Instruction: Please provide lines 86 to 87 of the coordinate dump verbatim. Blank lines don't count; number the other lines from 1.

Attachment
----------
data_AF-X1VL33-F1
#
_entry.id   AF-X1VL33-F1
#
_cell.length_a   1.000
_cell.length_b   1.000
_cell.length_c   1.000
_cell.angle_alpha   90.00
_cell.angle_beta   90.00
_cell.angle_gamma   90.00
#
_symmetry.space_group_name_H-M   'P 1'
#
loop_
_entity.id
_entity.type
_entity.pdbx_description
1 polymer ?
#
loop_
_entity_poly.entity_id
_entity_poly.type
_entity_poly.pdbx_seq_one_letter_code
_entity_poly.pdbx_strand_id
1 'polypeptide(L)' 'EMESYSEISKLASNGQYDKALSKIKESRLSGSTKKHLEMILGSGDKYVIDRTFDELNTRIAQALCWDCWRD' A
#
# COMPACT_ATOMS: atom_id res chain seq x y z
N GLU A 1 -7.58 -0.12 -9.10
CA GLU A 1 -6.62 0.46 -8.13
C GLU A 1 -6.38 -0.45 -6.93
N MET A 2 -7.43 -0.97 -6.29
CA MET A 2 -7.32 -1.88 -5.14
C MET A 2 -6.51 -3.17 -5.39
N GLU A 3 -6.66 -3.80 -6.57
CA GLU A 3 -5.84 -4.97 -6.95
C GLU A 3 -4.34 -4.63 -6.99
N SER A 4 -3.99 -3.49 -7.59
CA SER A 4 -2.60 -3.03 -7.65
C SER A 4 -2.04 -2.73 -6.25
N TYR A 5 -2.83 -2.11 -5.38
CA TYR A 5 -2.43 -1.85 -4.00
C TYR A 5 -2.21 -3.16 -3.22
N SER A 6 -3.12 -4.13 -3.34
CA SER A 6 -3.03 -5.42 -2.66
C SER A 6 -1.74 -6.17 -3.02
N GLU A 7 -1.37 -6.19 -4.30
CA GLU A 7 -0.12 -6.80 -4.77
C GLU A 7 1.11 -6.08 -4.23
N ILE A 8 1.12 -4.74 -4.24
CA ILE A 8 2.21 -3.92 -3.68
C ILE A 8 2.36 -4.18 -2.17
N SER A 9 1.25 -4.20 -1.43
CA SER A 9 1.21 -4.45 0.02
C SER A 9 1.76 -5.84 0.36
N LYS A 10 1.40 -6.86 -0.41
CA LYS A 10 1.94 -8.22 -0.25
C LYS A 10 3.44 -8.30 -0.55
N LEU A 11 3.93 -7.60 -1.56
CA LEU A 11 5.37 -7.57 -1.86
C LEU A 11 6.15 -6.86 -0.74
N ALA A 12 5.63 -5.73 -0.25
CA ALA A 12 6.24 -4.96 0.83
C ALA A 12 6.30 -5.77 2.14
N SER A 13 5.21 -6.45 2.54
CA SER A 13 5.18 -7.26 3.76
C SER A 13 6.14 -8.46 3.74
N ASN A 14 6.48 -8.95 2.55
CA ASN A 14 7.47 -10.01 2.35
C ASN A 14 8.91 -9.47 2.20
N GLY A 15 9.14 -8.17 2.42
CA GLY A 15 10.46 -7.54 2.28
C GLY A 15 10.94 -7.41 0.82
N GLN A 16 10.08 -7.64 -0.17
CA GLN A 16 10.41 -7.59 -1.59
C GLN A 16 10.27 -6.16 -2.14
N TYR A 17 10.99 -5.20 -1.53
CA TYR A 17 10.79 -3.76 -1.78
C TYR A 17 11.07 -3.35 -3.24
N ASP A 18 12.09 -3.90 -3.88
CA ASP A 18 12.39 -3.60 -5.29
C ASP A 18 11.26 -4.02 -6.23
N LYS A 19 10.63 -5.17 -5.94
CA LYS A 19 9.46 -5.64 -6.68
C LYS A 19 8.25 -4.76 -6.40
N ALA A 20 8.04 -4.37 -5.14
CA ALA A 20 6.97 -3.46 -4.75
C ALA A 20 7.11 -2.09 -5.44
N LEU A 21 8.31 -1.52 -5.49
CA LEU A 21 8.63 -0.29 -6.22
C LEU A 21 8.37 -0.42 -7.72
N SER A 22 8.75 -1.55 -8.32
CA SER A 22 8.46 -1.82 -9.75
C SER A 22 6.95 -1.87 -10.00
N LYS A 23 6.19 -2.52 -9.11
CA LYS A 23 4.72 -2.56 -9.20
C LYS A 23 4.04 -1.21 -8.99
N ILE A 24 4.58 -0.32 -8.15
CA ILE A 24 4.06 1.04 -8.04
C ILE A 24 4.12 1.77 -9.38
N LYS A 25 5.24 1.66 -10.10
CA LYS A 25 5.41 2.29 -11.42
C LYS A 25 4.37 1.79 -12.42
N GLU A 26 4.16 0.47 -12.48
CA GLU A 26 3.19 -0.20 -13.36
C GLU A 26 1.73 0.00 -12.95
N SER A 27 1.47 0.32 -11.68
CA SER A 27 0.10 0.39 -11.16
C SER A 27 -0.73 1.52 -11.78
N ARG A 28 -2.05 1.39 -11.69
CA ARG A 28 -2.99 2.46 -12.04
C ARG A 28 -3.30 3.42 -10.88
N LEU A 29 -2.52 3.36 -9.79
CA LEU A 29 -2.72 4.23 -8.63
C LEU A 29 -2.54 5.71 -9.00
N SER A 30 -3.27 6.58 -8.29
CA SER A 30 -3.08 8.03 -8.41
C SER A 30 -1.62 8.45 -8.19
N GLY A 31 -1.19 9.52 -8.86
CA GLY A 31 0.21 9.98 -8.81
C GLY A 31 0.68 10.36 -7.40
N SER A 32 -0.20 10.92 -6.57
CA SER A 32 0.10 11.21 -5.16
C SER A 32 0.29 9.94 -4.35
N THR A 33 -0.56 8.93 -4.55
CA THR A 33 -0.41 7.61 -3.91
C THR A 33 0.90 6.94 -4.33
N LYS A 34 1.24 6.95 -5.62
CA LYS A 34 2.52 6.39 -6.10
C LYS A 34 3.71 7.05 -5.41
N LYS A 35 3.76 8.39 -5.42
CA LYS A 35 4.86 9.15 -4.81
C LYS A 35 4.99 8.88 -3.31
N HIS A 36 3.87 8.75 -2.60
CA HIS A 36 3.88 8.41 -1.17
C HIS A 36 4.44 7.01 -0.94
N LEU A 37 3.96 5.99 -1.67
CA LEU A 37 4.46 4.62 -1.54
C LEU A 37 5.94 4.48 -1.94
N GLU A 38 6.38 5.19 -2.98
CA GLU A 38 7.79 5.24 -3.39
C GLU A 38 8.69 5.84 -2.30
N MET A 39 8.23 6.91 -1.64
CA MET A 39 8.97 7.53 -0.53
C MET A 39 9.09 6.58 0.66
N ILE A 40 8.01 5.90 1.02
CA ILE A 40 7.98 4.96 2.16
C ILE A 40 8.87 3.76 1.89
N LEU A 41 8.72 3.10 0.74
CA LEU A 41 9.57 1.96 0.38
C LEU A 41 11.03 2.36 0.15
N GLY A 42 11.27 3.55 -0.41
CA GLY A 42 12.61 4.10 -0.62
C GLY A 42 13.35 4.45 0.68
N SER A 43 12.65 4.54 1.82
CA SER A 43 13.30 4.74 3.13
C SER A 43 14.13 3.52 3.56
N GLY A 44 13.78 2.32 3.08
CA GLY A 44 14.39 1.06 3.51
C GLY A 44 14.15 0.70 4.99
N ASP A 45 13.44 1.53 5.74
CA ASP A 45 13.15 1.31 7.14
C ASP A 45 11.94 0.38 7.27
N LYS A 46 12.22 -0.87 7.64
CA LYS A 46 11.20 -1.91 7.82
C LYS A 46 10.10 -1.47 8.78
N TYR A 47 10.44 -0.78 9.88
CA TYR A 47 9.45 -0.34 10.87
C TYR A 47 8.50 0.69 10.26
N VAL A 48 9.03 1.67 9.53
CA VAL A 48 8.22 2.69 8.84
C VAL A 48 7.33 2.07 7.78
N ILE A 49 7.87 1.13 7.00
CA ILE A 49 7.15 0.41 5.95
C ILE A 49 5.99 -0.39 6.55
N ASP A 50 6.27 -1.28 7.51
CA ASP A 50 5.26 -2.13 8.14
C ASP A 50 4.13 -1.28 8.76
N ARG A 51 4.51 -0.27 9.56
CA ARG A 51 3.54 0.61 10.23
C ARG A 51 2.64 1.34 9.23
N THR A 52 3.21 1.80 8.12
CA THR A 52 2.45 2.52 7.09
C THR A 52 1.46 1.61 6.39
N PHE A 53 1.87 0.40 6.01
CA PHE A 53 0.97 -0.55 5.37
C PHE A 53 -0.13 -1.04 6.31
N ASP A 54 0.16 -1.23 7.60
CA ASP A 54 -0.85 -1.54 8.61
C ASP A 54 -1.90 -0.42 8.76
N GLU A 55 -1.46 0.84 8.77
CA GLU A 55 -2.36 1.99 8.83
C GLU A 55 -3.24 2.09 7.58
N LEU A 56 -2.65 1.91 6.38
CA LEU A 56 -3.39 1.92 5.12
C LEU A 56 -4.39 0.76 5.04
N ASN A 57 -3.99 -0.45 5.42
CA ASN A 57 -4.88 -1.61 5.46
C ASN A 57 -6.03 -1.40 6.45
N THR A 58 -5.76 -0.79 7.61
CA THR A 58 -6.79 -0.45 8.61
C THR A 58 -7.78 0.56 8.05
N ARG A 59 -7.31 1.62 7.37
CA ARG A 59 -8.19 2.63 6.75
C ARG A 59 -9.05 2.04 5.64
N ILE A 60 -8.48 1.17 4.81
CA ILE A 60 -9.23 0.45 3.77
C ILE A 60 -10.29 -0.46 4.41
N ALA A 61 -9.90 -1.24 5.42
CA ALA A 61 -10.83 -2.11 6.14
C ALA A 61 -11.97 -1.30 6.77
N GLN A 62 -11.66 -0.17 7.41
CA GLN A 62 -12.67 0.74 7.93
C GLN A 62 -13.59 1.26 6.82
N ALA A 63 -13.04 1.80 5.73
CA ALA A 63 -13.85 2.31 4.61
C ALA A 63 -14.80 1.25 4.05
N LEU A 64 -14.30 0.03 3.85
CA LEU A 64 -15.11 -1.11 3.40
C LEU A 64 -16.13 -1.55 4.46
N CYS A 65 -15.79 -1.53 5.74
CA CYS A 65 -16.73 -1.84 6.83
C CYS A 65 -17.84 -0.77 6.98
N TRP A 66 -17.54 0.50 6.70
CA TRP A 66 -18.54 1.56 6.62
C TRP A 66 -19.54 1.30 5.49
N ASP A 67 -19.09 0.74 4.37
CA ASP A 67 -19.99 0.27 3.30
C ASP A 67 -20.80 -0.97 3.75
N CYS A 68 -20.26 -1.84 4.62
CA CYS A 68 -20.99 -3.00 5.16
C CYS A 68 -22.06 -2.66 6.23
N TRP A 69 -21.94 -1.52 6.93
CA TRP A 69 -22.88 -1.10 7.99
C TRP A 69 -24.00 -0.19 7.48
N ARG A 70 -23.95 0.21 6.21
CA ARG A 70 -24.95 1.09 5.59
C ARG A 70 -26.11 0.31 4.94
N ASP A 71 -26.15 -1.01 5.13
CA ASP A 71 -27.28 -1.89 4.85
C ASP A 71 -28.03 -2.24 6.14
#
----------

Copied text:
CA ALA A 20 6.97 -3.46 -4.75
C ALA A 20 7.11 -2.09 -5.44